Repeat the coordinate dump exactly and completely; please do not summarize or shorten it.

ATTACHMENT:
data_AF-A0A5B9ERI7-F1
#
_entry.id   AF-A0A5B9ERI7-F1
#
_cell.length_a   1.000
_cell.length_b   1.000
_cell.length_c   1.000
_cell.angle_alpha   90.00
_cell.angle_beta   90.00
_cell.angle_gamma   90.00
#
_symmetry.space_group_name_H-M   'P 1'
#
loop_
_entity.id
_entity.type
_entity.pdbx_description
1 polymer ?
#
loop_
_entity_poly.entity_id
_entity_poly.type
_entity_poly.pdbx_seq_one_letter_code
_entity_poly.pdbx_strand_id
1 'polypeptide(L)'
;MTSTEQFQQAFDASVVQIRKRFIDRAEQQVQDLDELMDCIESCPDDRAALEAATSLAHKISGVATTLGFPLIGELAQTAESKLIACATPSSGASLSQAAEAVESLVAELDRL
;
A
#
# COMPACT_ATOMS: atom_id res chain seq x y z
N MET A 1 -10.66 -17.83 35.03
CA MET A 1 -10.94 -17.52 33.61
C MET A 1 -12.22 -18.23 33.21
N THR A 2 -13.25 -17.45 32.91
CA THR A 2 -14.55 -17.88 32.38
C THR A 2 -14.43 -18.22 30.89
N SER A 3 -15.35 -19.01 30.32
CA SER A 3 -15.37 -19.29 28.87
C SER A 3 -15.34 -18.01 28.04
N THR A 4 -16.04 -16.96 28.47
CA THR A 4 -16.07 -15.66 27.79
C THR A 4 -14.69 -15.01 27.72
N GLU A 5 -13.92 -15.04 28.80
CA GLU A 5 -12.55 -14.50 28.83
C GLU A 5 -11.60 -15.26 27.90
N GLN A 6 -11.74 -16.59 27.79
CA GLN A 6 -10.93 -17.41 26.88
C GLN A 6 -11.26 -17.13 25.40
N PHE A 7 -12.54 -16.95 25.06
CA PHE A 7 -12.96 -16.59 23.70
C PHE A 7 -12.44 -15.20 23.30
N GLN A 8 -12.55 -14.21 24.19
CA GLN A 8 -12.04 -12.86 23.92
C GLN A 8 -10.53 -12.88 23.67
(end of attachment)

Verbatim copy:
data_AF-A0A5B9ERI7-F1
#
_entry.id   AF-A0A5B9ERI7-F1
#
_cell.length_a   1.000
_cell.length_b   1.000
_cell.length_c   1.000
_cell.angle_alpha   90.00
_cell.angle_beta   90.00
_cell.angle_gamma   90.00
#
_symmetry.space_group_name_H-M   'P 1'
#
loop_
_entity.id
_entity.type
_entity.pdbx_description
1 polymer ?
#
loop_
_entity_poly.entity_id
_entity_poly.type
_entity_poly.pdbx_seq_one_letter_code
_entity_poly.pdbx_strand_id
1 'polypeptide(L)'
;MTSTEQFQQAFDASVVQIRKRFIDRAEQQVQDLDELMDCIESCPDDRAALEAATSLAHKISGVATTLGFPLIGELAQTAESKLIACATPSSGASLSQAAEAVESLVAELDRL
;
A
#
# COMPACT_ATOMS: atom_id res chain seq x y z
N MET A 1 -10.66 -17.83 35.03
CA MET A 1 -10.94 -17.52 33.61
C MET A 1 -12.22 -18.23 33.21
N THR A 2 -13.25 -17.45 32.91
CA THR A 2 -14.55 -17.88 32.38
C THR A 2 -14.43 -18.22 30.89
N SER A 3 -15.35 -19.01 30.32
CA SER A 3 -15.37 -19.29 28.87
C SER A 3 -15.34 -18.01 28.04
N THR A 4 -16.04 -16.96 28.47
CA THR A 4 -16.07 -15.66 27.79
C THR A 4 -14.69 -15.01 27.72
N GLU A 5 -13.92 -15.04 28.80
CA GLU A 5 -12.55 -14.50 28.83
C GLU A 5 -11.60 -15.26 27.90
N GLN A 6 -11.74 -16.59 27.79
CA GLN A 6 -10.93 -17.41 26.88
C GLN A 6 -11.26 -17.13 25.40
N PHE A 7 -12.54 -16.95 25.06
CA PHE A 7 -12.96 -16.59 23.70
C PHE A 7 -12.44 -15.20 23.30
N GLN A 8 -12.55 -14.21 24.19
CA GLN A 8 -12.04 -12.86 23.92
C GLN A 8 -10.53 -12.88 23.67